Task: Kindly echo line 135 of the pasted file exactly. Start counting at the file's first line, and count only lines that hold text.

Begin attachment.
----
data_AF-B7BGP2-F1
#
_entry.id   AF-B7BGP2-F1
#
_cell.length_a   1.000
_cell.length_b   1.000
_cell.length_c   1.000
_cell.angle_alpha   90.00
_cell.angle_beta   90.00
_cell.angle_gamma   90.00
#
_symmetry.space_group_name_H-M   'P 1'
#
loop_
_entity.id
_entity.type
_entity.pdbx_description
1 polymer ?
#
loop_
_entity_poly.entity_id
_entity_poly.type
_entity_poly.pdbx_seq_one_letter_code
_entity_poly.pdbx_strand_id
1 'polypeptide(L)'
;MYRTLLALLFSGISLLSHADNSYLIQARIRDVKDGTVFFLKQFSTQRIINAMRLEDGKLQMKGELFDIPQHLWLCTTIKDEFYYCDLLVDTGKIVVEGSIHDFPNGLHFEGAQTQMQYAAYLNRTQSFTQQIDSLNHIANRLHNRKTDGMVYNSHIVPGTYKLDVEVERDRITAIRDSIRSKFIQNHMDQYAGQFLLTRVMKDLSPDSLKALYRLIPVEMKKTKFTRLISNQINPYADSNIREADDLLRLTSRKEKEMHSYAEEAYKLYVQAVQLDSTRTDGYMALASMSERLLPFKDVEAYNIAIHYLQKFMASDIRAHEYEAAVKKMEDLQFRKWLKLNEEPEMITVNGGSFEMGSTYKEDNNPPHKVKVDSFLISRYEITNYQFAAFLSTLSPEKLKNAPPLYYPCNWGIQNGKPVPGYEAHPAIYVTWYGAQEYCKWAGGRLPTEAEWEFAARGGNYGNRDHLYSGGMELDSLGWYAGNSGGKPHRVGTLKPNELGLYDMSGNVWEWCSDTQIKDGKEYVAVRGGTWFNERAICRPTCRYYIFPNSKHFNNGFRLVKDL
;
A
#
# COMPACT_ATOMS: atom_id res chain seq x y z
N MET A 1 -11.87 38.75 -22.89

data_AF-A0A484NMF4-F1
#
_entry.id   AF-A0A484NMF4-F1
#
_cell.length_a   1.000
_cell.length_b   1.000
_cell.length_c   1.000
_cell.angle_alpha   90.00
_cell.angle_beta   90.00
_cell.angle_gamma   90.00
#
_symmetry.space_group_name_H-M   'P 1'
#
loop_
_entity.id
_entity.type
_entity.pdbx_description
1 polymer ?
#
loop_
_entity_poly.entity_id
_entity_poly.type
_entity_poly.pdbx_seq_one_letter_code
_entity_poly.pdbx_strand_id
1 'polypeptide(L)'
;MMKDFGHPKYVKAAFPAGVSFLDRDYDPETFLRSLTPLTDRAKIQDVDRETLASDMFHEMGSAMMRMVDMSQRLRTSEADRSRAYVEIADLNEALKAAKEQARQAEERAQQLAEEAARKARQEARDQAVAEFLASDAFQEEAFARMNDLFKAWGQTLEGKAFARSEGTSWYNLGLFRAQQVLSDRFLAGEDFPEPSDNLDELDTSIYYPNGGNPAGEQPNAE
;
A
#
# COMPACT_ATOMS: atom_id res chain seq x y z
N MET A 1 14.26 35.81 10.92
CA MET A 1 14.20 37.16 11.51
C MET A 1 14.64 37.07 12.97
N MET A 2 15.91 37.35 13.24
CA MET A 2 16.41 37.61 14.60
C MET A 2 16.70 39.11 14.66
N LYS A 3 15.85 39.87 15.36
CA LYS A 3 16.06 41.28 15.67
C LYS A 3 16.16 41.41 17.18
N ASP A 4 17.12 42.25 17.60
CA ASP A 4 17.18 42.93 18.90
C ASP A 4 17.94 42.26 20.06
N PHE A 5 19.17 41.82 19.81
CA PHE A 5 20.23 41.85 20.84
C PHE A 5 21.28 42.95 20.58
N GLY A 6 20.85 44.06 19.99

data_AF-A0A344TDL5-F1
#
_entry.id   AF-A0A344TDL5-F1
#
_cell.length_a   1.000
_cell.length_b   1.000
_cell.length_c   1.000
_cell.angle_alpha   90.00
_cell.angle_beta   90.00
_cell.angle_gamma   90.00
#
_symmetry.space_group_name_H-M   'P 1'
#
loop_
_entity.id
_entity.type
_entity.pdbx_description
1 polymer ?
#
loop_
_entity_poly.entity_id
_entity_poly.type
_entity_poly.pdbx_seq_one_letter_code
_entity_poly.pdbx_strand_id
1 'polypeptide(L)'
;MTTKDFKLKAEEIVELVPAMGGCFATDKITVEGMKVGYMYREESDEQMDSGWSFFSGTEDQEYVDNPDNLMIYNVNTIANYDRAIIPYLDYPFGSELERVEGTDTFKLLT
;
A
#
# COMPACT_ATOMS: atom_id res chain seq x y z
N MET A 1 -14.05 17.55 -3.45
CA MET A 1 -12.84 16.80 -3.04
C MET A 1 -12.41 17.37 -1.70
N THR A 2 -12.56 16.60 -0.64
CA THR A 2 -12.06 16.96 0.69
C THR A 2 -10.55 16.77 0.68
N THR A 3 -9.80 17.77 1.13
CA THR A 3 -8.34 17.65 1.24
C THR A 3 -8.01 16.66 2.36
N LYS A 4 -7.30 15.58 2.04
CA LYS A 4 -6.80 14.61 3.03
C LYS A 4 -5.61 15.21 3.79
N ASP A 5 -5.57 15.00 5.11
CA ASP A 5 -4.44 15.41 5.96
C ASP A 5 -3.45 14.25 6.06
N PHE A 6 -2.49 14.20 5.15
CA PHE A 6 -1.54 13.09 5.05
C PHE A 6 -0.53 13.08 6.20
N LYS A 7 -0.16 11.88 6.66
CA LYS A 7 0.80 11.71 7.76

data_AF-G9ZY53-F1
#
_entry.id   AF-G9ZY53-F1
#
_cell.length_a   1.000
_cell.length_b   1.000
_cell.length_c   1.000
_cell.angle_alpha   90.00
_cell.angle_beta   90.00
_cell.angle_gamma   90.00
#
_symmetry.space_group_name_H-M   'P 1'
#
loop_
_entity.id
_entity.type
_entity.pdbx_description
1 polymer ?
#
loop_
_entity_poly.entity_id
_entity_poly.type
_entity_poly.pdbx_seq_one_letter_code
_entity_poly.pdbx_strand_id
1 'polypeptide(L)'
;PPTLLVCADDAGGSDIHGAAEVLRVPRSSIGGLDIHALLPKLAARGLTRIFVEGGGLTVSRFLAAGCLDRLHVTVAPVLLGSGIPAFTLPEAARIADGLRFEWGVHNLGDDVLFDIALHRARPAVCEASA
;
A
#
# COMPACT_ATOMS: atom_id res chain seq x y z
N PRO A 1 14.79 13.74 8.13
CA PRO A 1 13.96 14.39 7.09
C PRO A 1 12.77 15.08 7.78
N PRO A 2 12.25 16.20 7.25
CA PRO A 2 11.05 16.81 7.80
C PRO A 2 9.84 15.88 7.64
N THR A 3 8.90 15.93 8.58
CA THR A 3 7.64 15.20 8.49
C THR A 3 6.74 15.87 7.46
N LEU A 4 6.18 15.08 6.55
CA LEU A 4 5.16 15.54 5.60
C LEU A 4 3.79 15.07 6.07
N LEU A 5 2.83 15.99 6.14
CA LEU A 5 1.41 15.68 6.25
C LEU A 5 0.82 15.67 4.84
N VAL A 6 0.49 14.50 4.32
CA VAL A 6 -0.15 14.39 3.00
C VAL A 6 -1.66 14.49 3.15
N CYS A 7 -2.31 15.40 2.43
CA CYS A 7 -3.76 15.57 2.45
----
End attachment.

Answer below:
_cell.angle_alpha   90.00